Before taking over Girard-Perregaux, the late Gino Macaluso studied architecture. Obsessed his entire life by an art that had always inspired him, Macaluso would surely be delighted to know that his descendants were building upon his passion by creating a superb trilogy dedicated to Le Corbusier.
This trilogy came about not just because of mere chance between a manufacture established in La Chaux-de-Fonds and one of the city’s most famous native sons (Le Corbusier was born there in 1887 as Charles-Edouard Jeanneret). Especially since before becoming a visionary architect who decisively transformed 20th-century architecture, Le Corbusier trained as an engraver-carver at the school of art in La Chaux-de-Fonds.
- VINTAGE 1945 – MARSEILLE
After a long formative voyage throughout Europe that would take him as far as Istanbul, Le Corbusier returned to his native town and established himself—without an actual diploma —as an architect. His first project was a house intended for his parents, the Villa Blanche. Recently restored, this is the location that Girard-Perregaux chose to present its Trilogy.
The Trilogy pays tribute to three aspects of the multi-faceted Le Corbusier: the young engraver-carver inspired by Art Nouveau; the architect and furniture designer who sought “space, light, and order”; and the pioneer of urban planning, the king of concrete.
These three “facets” of the famed architect are expressed by remarkable and very original dials, which share the common case of the perfectly proportioned Vintage 1945. The first watch, the pink gold Vintage 1945 Le Corbusier – La Chaux-de-Fonds, offers a superb reproduction, in mother-of-pearl inlay, directly inspired by one of his early creations.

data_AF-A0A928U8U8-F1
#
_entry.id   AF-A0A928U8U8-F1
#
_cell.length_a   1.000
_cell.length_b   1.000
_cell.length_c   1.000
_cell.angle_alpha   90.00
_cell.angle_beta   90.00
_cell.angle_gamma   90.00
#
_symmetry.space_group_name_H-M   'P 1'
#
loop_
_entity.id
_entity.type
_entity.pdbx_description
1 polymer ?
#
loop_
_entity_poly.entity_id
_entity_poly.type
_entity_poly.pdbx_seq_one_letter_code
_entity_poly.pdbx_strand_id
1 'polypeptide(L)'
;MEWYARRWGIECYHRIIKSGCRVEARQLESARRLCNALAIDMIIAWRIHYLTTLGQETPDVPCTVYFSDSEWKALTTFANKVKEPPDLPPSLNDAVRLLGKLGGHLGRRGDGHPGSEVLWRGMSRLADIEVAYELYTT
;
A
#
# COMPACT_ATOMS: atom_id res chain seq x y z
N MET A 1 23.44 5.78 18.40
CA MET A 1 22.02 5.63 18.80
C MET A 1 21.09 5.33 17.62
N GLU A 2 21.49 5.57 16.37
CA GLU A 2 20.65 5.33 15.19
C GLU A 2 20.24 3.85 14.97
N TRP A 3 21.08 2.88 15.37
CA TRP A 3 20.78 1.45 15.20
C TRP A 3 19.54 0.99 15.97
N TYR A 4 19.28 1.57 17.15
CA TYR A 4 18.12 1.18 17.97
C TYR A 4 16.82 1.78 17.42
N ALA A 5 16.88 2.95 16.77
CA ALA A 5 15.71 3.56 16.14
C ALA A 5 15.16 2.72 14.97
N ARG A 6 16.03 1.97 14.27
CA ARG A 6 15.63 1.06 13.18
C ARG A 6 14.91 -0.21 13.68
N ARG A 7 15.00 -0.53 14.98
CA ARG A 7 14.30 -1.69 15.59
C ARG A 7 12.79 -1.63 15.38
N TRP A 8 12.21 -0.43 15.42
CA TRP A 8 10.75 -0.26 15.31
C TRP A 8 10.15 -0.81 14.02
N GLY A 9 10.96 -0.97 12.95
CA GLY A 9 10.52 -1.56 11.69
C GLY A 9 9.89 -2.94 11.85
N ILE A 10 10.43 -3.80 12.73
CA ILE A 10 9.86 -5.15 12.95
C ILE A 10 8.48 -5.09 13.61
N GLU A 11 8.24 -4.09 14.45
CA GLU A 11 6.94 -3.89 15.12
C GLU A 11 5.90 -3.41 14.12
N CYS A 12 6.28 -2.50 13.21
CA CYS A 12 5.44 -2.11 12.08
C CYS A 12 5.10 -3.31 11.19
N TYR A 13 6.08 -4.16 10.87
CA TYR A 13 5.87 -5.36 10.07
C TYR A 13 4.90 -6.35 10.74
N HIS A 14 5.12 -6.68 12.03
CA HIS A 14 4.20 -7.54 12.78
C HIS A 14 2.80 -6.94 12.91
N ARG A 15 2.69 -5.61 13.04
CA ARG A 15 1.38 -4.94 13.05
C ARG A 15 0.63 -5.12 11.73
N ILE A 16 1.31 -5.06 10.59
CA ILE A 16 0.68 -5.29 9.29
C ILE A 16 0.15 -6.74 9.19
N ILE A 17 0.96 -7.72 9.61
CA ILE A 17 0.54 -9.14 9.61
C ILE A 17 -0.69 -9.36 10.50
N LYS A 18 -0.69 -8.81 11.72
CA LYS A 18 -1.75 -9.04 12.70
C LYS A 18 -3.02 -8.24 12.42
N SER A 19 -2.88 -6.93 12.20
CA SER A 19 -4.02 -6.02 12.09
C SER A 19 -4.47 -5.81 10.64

The second watch, the Vintage 1945 Le Corbusier – Paris (the city that was his home from 1917), pays tribute to his novel proposals, notably his furniture made of steel, leather and skin, and his human-scale Modulor. This watch offers a hand-engraved steel dial with a calf leather bracelet.
The third watch, the Vintage 1945 – Marseille, whose dial is made of concrete [a world’s first, to our knowledge, in timekeeping] honours the famous Radiant City, a vast reinforced concrete housing development that Le Corbusier built in Marseilles between 1947 and 1952.
This lovely Trilogy demonstrates the rich relationships between art and timekeeping.
Source: Europa Star December - January 2012-13 Magazine Issue
The Arts & Watches section comprises the following articles:
- Introduction: Is watchmaking an art?
- The cultural track: a discussion with Franco Cologni
- Rolex - handing down talent and experience
- Breguet’s cultural patronage: miraculous manna
- Vacheron Constantin: Creating a dialogue between art and artisanal
- Hermès - imaginary time
- MB&F – “In watchmaking, there are not enough egoists”
- Greubel Forsey – Microscopic art
- Cinema Paradiso: watches and cinema